Are We Facing a ‘Global Catastrophe’?

DeMaria told TCTMD it’s been difficult to get a “good fix” on CVD prevalence throughout the world, mainly because it can be difficult to obtain information from poorer countries.

“This represents a significant step in filling that vacuum,” said DeMaria, a past president of the American College of Cardiology. Still, he added, it is important to keep in mind the study’s limitations. Notably, “the accuracy of the data was taken for granted, and a lot of modeling was done without sensitivity analysis,” he said. “We’ve got to acknowledge the fact that the public health data in sub-Saharan Africa is probably not going to be equivalent to public health data in the industrialized world.”

Even so, DeMaria continued, the study reveals the importance of the social determinants of health, such as proper hygiene and access to good nutrition and appropriate medications. Now that the developing world has made great strides in addressing infectious disease and child mortality, it is time to focus efforts on factors that affect the incidence of chronic diseases such as CVD, he suggested.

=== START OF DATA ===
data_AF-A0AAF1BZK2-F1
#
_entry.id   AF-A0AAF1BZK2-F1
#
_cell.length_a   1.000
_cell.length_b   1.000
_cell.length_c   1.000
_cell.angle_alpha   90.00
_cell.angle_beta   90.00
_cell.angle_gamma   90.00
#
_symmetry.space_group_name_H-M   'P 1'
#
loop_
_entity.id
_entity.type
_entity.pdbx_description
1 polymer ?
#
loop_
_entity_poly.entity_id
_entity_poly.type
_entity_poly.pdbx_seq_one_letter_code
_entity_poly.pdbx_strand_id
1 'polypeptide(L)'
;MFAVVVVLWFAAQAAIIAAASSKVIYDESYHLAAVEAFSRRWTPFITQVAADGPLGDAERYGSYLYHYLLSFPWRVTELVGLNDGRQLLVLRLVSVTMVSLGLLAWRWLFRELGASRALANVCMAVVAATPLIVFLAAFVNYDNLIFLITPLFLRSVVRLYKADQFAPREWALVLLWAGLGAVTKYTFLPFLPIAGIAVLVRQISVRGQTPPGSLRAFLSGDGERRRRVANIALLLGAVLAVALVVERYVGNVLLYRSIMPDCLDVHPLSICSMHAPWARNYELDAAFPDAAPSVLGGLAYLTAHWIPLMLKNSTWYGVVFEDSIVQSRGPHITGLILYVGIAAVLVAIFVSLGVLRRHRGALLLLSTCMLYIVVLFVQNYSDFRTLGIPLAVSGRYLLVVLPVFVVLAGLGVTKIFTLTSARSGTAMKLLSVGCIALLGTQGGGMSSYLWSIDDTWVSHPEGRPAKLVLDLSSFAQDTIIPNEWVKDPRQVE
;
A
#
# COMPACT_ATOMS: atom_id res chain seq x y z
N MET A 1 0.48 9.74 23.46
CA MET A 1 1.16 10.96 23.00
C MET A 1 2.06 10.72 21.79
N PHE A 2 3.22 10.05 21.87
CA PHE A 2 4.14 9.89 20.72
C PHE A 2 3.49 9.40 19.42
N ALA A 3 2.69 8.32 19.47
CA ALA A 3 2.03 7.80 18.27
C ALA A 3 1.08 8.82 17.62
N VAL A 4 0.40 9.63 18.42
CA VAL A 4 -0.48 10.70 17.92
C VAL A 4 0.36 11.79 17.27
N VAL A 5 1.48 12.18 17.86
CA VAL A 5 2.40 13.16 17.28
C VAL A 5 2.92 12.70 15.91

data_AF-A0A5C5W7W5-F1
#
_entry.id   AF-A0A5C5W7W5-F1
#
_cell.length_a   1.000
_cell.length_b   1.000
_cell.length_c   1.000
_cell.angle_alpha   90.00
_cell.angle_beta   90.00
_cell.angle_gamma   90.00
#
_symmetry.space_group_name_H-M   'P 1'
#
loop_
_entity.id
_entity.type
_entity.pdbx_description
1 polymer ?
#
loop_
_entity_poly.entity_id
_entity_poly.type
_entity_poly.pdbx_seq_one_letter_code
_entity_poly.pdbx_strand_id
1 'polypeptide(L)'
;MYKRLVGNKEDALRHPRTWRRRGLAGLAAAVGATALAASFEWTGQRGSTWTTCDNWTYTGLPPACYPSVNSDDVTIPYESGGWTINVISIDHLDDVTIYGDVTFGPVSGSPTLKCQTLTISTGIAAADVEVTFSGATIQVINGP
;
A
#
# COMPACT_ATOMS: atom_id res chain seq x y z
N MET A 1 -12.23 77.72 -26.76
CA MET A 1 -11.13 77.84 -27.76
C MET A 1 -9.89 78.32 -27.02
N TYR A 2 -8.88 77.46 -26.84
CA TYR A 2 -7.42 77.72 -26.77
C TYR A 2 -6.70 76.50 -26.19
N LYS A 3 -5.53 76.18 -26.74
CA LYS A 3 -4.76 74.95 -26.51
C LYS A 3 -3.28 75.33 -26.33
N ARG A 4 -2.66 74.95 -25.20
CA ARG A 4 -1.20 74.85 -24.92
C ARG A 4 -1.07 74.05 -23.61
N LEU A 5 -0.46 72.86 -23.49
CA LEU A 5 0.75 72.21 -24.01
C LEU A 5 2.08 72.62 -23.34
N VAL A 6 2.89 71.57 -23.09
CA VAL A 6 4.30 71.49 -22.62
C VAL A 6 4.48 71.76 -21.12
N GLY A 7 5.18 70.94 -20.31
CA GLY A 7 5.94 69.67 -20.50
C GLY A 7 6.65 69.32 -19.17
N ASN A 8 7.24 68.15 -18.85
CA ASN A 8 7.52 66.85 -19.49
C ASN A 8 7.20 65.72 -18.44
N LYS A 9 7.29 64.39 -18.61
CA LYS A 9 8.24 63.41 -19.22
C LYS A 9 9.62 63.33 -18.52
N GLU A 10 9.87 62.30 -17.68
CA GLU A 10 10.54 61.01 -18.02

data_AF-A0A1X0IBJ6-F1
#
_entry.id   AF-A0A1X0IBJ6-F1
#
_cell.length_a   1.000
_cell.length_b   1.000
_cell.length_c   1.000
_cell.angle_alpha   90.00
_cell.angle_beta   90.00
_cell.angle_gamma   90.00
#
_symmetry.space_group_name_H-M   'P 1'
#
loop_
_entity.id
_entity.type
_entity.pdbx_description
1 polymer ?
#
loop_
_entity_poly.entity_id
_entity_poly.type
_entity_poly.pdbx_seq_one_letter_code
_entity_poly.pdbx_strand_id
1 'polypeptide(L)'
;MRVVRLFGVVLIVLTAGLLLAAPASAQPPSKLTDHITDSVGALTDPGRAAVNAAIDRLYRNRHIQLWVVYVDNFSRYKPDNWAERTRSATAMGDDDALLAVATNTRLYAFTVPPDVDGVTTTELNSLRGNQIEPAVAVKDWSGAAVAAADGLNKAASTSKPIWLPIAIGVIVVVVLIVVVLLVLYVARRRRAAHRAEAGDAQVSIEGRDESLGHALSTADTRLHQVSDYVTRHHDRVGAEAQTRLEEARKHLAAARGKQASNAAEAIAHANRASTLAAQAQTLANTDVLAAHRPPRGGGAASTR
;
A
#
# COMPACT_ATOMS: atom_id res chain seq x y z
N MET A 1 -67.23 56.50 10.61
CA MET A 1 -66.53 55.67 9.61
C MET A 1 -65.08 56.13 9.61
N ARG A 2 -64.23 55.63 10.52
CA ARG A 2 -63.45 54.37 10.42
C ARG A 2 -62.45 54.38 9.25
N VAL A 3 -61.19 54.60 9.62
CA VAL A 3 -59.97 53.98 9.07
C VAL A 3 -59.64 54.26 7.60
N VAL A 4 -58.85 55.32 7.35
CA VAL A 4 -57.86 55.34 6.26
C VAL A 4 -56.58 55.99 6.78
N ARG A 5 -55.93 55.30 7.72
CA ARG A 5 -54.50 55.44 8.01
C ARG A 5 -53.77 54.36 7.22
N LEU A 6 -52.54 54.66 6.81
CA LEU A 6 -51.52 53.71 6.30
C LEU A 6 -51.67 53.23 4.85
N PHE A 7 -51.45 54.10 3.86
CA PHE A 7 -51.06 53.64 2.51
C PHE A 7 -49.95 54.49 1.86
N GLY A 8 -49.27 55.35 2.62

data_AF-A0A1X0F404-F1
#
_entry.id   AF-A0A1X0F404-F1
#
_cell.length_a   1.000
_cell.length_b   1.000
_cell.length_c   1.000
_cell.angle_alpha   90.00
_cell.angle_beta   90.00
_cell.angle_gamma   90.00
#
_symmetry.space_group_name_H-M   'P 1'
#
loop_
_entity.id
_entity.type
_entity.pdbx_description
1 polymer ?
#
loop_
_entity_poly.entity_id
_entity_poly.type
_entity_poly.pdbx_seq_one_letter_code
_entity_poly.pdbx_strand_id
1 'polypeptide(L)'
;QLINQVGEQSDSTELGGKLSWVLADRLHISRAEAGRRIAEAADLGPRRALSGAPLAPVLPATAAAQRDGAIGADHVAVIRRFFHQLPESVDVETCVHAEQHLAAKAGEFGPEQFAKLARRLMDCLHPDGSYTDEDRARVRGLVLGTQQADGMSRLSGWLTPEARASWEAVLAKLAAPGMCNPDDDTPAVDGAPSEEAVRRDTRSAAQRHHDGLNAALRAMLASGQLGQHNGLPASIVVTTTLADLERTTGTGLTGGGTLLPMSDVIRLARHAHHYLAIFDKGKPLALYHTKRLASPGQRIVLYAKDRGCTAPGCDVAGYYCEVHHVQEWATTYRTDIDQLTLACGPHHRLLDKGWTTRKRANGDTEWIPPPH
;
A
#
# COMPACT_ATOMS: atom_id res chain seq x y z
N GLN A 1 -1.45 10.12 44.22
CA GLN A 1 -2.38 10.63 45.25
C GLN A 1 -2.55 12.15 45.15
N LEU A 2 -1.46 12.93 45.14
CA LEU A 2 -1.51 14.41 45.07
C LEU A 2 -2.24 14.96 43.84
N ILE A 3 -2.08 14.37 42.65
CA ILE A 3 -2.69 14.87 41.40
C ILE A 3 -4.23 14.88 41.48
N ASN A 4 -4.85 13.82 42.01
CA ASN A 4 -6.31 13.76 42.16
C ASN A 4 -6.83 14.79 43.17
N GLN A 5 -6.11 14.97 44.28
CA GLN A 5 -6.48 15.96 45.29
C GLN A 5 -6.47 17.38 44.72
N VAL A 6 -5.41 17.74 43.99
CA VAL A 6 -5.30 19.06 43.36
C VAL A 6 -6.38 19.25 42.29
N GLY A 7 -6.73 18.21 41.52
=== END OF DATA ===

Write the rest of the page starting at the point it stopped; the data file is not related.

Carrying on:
“It’s amazing to think that even simple measures could be very powerful in reducing CVD mortality in much of the world,” he noted. “We are focused in the US and industrialized world on interventional cardiology and technological advances like [implantable cardiac defibrillators]. But even treating hypertension, changing diets so people are not eating so much salt, and getting people to stop smoking cigarettes—all relatively simple lifestyle changes—could make an enormous difference in CVD mortality.”

Within the United States, he said, addressing the epidemic of obesity and type 2 diabetes is likely the most productive path.

  • Roth and DeMaria report no relevant conflicts of interest.
  • Mozaffarian reports being on the scientific advisory board for Omada Health.